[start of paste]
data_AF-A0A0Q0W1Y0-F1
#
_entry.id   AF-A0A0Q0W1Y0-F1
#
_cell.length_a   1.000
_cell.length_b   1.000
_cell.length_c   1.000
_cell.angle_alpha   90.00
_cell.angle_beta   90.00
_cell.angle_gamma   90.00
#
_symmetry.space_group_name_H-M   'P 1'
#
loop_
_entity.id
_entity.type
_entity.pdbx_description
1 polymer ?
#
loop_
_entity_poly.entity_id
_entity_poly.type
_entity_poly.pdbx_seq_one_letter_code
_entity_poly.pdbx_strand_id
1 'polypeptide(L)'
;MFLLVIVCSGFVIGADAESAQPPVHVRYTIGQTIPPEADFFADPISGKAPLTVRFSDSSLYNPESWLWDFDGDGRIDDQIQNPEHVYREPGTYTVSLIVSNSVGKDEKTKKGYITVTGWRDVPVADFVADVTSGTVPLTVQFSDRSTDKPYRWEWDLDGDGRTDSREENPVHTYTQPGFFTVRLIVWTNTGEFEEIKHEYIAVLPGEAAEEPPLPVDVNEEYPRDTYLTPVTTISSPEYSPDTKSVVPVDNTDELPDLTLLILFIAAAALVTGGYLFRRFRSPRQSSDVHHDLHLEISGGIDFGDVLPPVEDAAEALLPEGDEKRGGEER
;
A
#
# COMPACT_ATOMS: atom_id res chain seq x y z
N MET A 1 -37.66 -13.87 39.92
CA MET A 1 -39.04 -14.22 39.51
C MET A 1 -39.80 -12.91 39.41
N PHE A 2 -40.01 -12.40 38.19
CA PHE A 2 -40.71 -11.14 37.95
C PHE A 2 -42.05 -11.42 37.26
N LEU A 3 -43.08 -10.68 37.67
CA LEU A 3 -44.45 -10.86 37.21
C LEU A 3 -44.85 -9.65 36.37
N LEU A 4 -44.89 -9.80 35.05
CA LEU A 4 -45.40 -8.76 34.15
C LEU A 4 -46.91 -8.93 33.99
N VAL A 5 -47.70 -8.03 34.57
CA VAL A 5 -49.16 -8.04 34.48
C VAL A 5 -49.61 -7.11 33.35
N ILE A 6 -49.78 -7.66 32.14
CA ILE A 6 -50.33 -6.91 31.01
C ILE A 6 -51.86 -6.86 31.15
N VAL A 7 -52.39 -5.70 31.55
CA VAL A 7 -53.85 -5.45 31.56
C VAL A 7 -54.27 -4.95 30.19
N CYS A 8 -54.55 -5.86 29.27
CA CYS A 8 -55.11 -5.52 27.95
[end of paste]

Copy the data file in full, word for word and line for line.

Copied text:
data_AF-A0A0Q0W1Y0-F1
#
_entry.id   AF-A0A0Q0W1Y0-F1
#
_cell.length_a   1.000
_cell.length_b   1.000
_cell.length_c   1.000
_cell.angle_alpha   90.00
_cell.angle_beta   90.00
_cell.angle_gamma   90.00
#
_symmetry.space_group_name_H-M   'P 1'
#
loop_
_entity.id
_entity.type
_entity.pdbx_description
1 polymer ?
#
loop_
_entity_poly.entity_id
_entity_poly.type
_entity_poly.pdbx_seq_one_letter_code
_entity_poly.pdbx_strand_id
1 'polypeptide(L)'
;MFLLVIVCSGFVIGADAESAQPPVHVRYTIGQTIPPEADFFADPISGKAPLTVRFSDSSLYNPESWLWDFDGDGRIDDQIQNPEHVYREPGTYTVSLIVSNSVGKDEKTKKGYITVTGWRDVPVADFVADVTSGTVPLTVQFSDRSTDKPYRWEWDLDGDGRTDSREENPVHTYTQPGFFTVRLIVWTNTGEFEEIKHEYIAVLPGEAAEEPPLPVDVNEEYPRDTYLTPVTTISSPEYSPDTKSVVPVDNTDELPDLTLLILFIAAAALVTGGYLFRRFRSPRQSSDVHHDLHLEISGGIDFGDVLPPVEDAAEALLPEGDEKRGGEER
;
A
#
# COMPACT_ATOMS: atom_id res chain seq x y z
N MET A 1 -37.66 -13.87 39.92
CA MET A 1 -39.04 -14.22 39.51
C MET A 1 -39.80 -12.91 39.41
N PHE A 2 -40.01 -12.40 38.19
CA PHE A 2 -40.71 -11.14 37.95
C PHE A 2 -42.05 -11.42 37.26
N LEU A 3 -43.08 -10.68 37.67
CA LEU A 3 -44.45 -10.86 37.21
C LEU A 3 -44.85 -9.65 36.37
N LEU A 4 -44.89 -9.80 35.05
CA LEU A 4 -45.40 -8.76 34.15
C LEU A 4 -46.91 -8.93 33.99
N VAL A 5 -47.70 -8.03 34.57
CA VAL A 5 -49.16 -8.04 34.48
C VAL A 5 -49.61 -7.11 33.35
N ILE A 6 -49.78 -7.66 32.14
CA ILE A 6 -50.33 -6.91 31.01
C ILE A 6 -51.86 -6.86 31.15
N VAL A 7 -52.39 -5.70 31.55
CA VAL A 7 -53.85 -5.45 31.56
C VAL A 7 -54.27 -4.95 30.19
N CYS A 8 -54.55 -5.86 29.27
CA CYS A 8 -55.11 -5.52 27.95